Norwegian dental healthcare professionals could play greater role in snus prevention, study says
OSLO, Norway: Researchers have recently investigated attitudes and activities among dental healthcare professionals working in the public dental service (PDS) in south-eastern Norway related to snus prevention. The findings show that the majority of these professionals are inadequately informed about the minimum intervention methods required in order to produce positive outcomes in prevention and cessation of both smoking and snus use.
Snus is a type of smokeless tobacco peculiar to Nordic countries. Although its sale is illegal across the EU, with the exception of Sweden, non-EU countries such as Norway consider it an effective product to reduce the harm caused by tobacco smoking. According to the new study, snus consumption has increased in Norway over the last ten to 20 years, especially among young adults. In 2017, 32 per cent of men and 22 per cent of women aged 16–24 used snus on a daily or occasional basis. Smoking, however, has decreased in the same age group, with 3 per cent smoking daily and 14 per cent only occasionally. Although various studies have suggested that snus has lower risks of causing oral or lung cancer than smoking, its use still involves a range of adverse health effects that are not always perceived by users.
In Norway, children and adolescents up to the age of 18 are entitled to free dental care, whereas patients up to age 20 are offered treatment at a reduced price through the PDS. Therefore, the researchers believe that the PDS could be an ideal arena for tobacco prevention and cessation initiatives among children and youth. The aim of the present study was to analyse public dental health professionals’ attitudes and activities regarding interventions towards young patients’ snus use in south-eastern Norway.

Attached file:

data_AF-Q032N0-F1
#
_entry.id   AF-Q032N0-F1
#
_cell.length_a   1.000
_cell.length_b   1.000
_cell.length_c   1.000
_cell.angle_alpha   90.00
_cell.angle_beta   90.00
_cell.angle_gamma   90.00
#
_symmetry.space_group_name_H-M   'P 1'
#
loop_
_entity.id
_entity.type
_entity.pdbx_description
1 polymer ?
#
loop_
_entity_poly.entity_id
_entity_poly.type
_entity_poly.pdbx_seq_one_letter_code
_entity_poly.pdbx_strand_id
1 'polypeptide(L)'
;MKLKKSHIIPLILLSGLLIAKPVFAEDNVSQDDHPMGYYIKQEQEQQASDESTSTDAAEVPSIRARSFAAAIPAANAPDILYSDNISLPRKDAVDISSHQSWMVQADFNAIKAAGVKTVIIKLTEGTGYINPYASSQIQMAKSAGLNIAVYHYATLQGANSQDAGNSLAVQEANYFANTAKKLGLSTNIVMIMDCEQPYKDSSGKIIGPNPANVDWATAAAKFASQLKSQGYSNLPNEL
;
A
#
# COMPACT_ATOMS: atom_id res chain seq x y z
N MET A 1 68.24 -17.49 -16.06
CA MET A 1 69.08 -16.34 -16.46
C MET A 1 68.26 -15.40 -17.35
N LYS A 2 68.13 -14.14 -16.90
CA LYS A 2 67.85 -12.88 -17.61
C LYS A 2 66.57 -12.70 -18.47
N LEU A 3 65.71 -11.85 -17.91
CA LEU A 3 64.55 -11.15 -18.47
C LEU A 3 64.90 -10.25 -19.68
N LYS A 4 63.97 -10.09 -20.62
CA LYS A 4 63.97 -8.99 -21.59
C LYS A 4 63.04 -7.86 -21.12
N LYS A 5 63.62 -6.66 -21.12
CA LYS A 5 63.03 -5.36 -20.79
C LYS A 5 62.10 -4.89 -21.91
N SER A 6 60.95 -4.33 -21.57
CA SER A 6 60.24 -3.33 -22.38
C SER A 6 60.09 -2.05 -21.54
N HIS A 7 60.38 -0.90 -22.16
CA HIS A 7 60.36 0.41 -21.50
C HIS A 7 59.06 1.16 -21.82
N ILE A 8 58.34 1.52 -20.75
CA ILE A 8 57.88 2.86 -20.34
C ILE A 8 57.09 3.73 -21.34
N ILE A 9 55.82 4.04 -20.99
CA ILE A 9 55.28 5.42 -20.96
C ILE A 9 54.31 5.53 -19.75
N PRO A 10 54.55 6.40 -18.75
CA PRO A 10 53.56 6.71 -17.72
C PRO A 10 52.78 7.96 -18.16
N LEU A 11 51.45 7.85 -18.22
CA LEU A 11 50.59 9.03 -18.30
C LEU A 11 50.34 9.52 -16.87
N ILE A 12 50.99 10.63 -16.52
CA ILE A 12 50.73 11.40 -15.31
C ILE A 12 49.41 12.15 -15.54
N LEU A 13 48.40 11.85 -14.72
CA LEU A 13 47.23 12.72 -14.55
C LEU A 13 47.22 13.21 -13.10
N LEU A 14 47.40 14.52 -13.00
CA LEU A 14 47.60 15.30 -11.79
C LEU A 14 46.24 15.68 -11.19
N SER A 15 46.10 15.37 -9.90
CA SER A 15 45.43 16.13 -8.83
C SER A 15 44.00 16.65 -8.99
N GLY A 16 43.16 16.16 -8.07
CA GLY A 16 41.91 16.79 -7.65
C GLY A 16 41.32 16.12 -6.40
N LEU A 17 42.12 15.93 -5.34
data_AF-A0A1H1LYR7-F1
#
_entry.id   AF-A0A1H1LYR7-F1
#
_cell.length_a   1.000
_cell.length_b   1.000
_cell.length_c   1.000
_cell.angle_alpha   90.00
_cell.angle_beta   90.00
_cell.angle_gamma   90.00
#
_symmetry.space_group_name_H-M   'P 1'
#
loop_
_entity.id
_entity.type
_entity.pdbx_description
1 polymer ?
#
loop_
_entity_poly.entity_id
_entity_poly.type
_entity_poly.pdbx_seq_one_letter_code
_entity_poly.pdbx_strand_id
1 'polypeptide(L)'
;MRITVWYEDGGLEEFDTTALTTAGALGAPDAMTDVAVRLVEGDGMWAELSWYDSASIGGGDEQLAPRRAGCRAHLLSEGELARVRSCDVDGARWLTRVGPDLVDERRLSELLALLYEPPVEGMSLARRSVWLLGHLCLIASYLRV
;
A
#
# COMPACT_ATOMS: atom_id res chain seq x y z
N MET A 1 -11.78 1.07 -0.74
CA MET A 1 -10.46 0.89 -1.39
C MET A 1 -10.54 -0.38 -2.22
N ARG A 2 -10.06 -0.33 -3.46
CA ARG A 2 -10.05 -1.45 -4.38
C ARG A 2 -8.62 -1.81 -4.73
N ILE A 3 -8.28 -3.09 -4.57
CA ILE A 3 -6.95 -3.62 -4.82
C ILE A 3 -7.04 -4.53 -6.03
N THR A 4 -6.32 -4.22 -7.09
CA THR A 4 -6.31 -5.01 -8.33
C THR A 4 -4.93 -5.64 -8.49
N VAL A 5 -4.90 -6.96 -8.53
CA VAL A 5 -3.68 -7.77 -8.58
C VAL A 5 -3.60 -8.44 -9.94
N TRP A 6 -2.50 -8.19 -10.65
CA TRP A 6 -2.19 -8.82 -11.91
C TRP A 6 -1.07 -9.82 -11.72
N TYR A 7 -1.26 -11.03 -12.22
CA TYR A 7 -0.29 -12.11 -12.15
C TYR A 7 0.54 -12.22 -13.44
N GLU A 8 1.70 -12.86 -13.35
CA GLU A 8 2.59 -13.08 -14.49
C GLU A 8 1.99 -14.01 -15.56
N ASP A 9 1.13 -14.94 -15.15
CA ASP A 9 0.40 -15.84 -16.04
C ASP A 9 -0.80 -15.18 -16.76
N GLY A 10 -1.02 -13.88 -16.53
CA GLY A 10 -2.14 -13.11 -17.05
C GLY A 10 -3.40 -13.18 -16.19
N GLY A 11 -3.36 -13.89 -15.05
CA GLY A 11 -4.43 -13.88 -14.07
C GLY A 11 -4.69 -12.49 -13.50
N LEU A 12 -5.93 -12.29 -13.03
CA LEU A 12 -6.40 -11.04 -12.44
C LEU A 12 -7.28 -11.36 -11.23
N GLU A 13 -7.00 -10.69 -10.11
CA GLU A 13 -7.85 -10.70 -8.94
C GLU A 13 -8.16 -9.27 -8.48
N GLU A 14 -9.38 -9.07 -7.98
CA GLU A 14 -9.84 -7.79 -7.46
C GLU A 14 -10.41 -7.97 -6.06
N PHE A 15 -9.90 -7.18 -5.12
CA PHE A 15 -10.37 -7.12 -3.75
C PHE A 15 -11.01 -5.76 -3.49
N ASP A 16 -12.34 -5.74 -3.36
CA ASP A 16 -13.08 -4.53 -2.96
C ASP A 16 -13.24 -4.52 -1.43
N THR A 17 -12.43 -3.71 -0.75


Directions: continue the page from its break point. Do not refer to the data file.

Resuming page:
In the study, researchers conducted a web-based survey of 557 dentists and dental hygienists in the PDS in seven counties in Norway. Dentists’ and dental hygienists’ activities regarding intervention to prevent snus use were analysed using the chi-squared test and measured on a five-point scale based on four questions.
The results demonstrated that approximately 87 per cent of the dentists and 58 per cent of the dental hygienists were not familiar with the minimum intervention methods commonly used in tobacco prevention and cessation. However, dental hygienists were found to be the most active in informing and supporting their patients in prevention and cessation of snus use. The findings suggest that the untapped potential of the PDS for promoting tobacco prevention and cessation among adolescents is particularly high among dentists.
The study, titled “Prevention of snus use: Attitudes and activities in the Public Dental Service in the south-eastern part of Norway”, was published online on 13 March 2019 in Clinical and Experimental Dental Research ahead of inclusion in an issue.